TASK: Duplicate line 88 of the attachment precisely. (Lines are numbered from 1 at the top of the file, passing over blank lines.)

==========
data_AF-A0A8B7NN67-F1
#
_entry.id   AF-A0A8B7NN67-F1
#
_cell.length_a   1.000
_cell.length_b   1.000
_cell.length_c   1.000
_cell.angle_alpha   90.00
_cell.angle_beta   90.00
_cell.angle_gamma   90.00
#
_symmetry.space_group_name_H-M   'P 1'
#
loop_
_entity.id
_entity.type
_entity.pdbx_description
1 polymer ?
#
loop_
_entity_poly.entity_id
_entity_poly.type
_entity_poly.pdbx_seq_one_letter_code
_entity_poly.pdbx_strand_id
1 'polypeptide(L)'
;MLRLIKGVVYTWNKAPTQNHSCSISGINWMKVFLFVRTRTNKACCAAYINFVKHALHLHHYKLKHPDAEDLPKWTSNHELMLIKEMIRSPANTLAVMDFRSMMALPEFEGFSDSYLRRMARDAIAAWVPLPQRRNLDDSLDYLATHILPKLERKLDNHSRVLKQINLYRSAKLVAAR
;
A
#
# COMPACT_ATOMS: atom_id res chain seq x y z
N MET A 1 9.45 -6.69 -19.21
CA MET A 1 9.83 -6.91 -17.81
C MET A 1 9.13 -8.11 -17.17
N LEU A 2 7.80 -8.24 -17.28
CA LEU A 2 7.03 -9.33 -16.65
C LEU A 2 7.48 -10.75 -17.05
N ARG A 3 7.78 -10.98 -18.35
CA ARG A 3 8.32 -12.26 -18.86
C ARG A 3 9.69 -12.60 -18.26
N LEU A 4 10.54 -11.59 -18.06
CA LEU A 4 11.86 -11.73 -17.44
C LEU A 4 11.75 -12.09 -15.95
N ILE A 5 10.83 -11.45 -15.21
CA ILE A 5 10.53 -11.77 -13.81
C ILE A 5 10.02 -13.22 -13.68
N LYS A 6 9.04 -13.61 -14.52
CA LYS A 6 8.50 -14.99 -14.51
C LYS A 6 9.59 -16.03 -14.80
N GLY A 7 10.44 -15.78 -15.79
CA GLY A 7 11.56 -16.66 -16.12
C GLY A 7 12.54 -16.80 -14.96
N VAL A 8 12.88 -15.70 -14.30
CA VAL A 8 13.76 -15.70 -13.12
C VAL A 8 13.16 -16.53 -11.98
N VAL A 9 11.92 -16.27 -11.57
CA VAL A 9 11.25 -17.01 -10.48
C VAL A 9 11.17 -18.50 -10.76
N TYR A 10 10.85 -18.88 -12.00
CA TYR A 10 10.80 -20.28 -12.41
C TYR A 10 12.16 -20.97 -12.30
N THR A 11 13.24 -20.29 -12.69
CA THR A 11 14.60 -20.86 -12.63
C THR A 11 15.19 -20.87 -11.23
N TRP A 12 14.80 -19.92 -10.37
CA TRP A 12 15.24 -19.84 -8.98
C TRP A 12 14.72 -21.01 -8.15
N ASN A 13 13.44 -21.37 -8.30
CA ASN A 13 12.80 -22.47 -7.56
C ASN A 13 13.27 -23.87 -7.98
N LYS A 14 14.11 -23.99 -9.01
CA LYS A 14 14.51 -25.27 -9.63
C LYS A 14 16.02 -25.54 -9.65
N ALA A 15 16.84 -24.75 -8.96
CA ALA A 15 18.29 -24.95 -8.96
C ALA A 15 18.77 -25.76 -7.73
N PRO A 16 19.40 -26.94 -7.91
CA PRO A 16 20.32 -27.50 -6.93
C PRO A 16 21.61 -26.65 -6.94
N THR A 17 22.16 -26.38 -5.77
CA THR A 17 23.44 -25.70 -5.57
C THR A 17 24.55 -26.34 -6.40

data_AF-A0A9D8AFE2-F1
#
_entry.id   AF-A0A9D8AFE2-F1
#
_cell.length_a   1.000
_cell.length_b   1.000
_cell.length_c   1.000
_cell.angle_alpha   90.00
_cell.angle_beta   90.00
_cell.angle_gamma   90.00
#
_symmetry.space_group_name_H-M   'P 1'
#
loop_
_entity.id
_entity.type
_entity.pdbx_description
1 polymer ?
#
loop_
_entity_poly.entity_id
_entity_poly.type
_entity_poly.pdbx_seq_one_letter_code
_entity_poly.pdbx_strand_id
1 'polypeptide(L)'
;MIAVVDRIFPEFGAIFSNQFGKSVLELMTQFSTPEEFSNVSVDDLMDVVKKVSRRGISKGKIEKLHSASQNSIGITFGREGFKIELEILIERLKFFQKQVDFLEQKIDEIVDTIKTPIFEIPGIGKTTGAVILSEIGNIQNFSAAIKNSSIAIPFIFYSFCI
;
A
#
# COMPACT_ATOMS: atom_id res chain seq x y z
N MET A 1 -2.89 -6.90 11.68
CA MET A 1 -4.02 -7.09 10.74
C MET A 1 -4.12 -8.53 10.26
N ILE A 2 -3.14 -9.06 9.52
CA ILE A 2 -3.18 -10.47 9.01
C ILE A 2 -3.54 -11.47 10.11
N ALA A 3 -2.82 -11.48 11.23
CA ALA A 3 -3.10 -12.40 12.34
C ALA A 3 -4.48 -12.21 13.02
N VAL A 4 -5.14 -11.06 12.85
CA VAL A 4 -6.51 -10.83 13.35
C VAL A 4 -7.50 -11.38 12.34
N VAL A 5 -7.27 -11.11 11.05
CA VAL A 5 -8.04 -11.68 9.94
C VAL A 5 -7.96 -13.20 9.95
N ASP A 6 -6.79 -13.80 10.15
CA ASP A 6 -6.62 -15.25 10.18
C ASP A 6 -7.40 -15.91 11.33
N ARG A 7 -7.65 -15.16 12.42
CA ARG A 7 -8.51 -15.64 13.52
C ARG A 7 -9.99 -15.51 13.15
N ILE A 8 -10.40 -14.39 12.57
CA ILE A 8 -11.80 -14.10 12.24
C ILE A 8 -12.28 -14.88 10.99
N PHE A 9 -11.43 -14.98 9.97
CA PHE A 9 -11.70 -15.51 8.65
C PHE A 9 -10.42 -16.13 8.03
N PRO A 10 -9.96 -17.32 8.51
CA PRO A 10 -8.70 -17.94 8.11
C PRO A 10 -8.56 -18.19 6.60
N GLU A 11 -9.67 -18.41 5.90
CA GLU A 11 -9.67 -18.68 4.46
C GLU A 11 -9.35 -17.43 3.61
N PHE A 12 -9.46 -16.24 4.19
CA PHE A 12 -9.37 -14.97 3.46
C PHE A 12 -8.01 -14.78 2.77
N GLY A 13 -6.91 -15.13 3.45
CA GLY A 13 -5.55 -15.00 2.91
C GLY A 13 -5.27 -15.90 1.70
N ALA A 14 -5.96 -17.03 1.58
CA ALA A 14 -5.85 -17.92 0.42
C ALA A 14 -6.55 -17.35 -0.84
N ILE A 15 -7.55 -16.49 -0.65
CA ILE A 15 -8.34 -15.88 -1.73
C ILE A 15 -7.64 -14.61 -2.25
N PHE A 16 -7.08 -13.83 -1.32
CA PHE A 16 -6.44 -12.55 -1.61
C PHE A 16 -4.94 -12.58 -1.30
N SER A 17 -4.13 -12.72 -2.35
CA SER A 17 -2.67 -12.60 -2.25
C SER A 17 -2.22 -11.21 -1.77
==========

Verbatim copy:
_cell.length_c   1.000